A blog post by Sandra Broadus.
October 7, 2015.
We left Free Cycles at around 4:30 in the afternoon, wearing our rain gear and with our panniers loaded full of tools, food, and camping gear. A quick stop for beer, and we were on our way - heading east on HWY 200. It didn’t feel like a Wednesday.
This was a small tour, both in length and in attendees (at least compared to the only other overnight tour I’d ever been on): just Bob, Emily, Locke, Cameron, and myself. The elementary school in Potomac was hosting a bike-a-thon the following day, and Free Cycles was coming to offer assistance. They even fixed up four children’s bikes to donate to the kids at the school who didn’t have one. There was discussion for a while about the logistics of how we would be strapping the kid’s bikes to our own bicycles on the way over – thankfully a rockstar volunteer named Silas loaded them up in his car and drove them to Potomac for us.
We were accompanied by a light drizzle for most of our ride that first day. But rather than being a deterrent, it felt cool and refreshing. I was inspired by the realization that this was probably my last big bicycling adventure for the year, as soon it was going to be too cold to want to stay out overnight.
Before long, the others pulled ahead of me, but I wasn’t worried. I was enjoying the feeling of getting out of the city, like a weight lifting off of my shoulders with each pedal stroke.
Upon cresting a hill, I saw the guys hanging out at a pull off. We regrouped and took a few moments to enjoy the view of the Blackfoot River. It was overcast, but the wetness seemed to be bringing out the saturation of the fall colors, making everything seem more vivid and alive. It would’ve been nice to stay longer, but it was going to be getting dark soon, and we needed to get to a campsite.
Coasting down the hill, my mind was at peace. The wind created by my motion whips past, and I felt cool drops of water on my skin. If I was thinking anything at all, it was just about the beauty of my surroundings and a thankfulness for roads with wide shoulders.
The first stretch of the journey goes by much too quickly. Just 19 miles from Missoula, we pulled off the highway at Johnsrud Park Road. Just a couple miles in, the pavement stopped but we didn’t. The road turned to dirt and rock, and I was reminded for a moment of my last bicycling trip over Jocko Pass. Dusk has settled in, but we kept pushing on. I didn’t know what the others were looking for in a campsite, but I just pedaled along, happy to not be in charge of anything and enjoying the ride.
Finally we found an area that seemed to satisfy everyone, and we pedaled off the road and into the woods (which quickly meant dismounting and walking, as dusk became dark). I then relied on my dim bike light to tell me where the rocks and logs are as we continued down a steep hill, and I tried to remember the twists and turns so we could find our way back to the road in the morning. We kept going until we found a pleasantly flat spot just above the river.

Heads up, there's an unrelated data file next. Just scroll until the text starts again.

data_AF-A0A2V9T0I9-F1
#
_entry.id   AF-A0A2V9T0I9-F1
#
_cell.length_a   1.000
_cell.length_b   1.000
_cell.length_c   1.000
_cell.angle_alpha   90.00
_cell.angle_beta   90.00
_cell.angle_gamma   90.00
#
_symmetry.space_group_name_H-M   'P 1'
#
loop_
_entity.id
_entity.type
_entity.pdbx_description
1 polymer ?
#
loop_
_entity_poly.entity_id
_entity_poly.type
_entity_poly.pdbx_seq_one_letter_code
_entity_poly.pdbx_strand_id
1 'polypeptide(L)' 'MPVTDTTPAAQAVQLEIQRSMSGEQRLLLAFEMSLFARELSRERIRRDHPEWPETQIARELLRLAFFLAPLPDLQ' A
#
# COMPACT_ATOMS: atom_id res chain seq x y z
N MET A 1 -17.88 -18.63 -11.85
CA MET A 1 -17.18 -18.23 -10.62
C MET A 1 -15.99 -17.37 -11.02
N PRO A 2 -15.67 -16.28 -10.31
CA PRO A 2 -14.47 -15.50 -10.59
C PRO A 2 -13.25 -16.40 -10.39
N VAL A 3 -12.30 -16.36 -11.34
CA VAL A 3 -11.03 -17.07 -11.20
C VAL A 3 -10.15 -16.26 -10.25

I wandered around with my detached bike light as my guide while I gathered firewood, and there was ample discussion of where our sleeping spot should be relative to the fire; I don’t have much of an opinion on such matters - Growing up in Kentucky, the mosquitos are so thick that the only camping you can do is inside the safety of a tent, for fear of being eaten alive as you sleep. So I was happy to throw my sleeping bag anywhere so long as I got to enjoy the night.
Finally, a fire got going, and before long, dinner is on, with Bob cooking in his wok. I honestly don’t remember what we ate that night, other than that it was warm, delicious, and exactly what we all needed (washed down with a cold beer and some cookies). When dinner was over there was a crust of cooked food stuck to the inside of the wok, and Locke took it down to the river and set it underwater with a large rock to hold it in place so as to not attract any wayward critters.
The drizzle continued, as it had all afternoon, and Locke and I decided it was time to string up a tarp between some trees to provide us a bit of sleeping shelter. The tarp was oddly shaped, and the trees were unevenly spaced, so it was a harder proposition than expected. Cameron came to help eventually, and after many struggles (not enough rope, mainly) we finally had a shelter that would suffice. It wasn’t pretty, but hey, we weren’t boy scouts.
Sitting back around the fire to warm up, we talked for several hours. Bob proposed that we build a sort of bicycle with train wheels that could ride on the railroad, and how great it would be to see America that way, with no cars to worry about. We talked about politics, college, transportation, and the world, laughing and trading stories for what seemed a long time and no time at all.
After a while Emily, Locke, and Cam disappeared into the woods to protect our food via a bear-hang (another foreign concept to me as a Kentuckian). Bob and I continued chatting around the fire until we heard a large “CRACK” and then an outburst of laughter – after which we got up to investigate. With no rope to work with, the industrious trio had tied together a series of bicycle inner tubes, which had been slung precariously over a branch. Brilliant.
Soon it was time for sleep. I had no idea what time it actually was, but it seemed late, and we were getting up early the next day to make it to the elementary school by 8:30. I set an alarm for 6am. Locke, Cameron and I rolled out our bags under the tarp/shelter, but Bob and Emily insisted on sleeping out in the open forest, rain or no rain. I listened to the soothing pitter-patter of water droplets hitting our tarp as I drifted off to sleep.
Morning came far too soon. Our sleep had felt much more like a power nap. Slowly and groggily, camp started moving. Bob swore that was one of the best nights of sleep he’s ever had, and I just laughed. I wake up to a flat tire, and set to work getting it fixed, using my own patch and a borrowed pump. It must’ve happened while we were walking through the woods in the dark last night. But no worries, I’ve fixed lots of flats already this summer, and I feel like a pro at it now.